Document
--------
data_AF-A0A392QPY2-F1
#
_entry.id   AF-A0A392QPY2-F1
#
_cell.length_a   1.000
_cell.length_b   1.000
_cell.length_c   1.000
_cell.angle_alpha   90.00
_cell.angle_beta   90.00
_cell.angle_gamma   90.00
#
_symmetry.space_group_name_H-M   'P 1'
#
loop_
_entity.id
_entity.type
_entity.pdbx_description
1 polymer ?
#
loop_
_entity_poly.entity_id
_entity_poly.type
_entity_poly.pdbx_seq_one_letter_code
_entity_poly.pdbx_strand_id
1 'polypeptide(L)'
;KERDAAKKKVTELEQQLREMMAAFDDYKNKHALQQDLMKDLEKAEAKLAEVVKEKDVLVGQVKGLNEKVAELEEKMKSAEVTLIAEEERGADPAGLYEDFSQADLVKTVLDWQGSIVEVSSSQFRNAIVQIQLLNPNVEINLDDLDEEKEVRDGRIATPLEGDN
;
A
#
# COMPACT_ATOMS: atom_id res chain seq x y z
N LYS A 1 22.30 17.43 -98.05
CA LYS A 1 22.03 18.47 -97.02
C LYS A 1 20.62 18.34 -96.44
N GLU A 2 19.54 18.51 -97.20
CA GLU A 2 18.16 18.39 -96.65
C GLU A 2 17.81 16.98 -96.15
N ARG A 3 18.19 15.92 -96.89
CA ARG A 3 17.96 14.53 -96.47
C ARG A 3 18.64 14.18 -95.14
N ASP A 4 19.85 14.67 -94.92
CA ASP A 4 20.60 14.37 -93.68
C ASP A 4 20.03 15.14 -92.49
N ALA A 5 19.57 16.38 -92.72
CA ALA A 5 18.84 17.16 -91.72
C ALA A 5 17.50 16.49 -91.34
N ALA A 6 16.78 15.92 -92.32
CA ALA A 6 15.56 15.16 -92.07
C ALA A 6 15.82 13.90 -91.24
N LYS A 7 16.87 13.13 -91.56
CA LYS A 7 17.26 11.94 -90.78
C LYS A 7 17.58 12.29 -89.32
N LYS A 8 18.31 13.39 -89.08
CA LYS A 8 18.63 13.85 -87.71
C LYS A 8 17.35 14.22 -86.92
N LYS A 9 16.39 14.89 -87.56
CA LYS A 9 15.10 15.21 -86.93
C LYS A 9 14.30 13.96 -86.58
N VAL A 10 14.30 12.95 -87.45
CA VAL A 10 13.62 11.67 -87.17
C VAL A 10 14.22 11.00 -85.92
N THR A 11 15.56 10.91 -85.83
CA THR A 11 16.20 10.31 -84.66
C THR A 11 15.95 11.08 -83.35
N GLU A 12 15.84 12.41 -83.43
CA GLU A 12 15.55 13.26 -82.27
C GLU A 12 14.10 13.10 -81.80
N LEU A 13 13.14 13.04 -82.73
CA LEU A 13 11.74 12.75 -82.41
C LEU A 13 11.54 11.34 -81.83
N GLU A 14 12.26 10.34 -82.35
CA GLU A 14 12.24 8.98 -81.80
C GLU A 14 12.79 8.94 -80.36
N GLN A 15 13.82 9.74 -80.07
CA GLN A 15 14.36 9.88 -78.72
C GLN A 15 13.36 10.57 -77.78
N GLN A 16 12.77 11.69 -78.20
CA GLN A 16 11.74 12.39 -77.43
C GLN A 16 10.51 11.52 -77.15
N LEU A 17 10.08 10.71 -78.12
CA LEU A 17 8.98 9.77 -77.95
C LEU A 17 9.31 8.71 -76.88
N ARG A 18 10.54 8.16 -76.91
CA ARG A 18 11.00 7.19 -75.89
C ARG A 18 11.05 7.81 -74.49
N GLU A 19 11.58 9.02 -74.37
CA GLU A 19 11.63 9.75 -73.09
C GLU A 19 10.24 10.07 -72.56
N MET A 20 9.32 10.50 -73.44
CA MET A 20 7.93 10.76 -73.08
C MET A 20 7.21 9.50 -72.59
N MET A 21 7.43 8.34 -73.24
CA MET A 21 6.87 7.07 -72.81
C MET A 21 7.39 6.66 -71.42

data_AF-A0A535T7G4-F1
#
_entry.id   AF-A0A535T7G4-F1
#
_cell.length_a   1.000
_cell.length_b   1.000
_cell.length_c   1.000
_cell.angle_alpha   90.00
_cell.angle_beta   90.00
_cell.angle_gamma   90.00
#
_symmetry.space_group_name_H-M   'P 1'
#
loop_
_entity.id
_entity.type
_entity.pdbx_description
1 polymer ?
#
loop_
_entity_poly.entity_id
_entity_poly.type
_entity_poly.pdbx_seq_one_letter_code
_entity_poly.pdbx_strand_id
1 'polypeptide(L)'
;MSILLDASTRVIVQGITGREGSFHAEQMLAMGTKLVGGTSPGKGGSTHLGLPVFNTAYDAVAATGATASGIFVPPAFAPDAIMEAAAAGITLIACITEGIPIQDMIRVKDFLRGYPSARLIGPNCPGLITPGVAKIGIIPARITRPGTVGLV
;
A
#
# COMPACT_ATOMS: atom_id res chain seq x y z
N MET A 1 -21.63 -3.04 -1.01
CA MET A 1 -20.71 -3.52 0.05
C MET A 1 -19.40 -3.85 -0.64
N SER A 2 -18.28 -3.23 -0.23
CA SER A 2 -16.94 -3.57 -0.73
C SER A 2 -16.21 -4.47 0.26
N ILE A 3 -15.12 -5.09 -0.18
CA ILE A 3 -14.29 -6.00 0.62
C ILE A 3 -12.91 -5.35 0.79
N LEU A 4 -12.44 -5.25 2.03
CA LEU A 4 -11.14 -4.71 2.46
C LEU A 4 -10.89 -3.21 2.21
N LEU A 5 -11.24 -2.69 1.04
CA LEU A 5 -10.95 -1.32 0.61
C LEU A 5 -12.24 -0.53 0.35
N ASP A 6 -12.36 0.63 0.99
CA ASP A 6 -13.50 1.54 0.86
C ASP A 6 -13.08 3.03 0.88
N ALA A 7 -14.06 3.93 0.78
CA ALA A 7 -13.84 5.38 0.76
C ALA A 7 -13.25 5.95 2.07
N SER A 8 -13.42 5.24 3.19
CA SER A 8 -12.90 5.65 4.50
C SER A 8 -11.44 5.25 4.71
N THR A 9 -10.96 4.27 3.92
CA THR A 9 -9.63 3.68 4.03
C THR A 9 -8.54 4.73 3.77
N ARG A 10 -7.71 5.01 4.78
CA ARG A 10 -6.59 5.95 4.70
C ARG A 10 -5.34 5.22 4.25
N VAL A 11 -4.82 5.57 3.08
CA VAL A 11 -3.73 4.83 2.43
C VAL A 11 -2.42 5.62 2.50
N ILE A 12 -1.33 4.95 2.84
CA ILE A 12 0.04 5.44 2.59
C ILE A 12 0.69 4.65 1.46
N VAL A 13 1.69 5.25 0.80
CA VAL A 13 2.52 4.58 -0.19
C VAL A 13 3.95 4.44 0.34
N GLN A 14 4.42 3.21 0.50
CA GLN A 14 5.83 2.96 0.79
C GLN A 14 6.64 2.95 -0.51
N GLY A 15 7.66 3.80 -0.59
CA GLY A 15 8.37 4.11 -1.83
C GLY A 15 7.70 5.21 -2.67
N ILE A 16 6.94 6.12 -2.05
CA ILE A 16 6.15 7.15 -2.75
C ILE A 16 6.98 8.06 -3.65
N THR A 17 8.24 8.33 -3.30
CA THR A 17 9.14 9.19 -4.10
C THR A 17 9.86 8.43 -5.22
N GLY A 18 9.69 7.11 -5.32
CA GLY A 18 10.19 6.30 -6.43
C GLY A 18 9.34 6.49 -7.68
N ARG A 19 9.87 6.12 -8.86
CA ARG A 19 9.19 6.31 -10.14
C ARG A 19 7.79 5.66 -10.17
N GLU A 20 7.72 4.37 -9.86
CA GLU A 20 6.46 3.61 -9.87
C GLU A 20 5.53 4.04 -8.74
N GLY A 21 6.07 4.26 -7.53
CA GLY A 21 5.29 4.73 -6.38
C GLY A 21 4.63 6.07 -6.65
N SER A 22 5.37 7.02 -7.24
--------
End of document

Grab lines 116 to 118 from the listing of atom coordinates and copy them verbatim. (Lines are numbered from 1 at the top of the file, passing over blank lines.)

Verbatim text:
_entity_poly.pdbx_seq_one_letter_code
_entity_poly.pdbx_strand_id
1 'polypeptide(L)'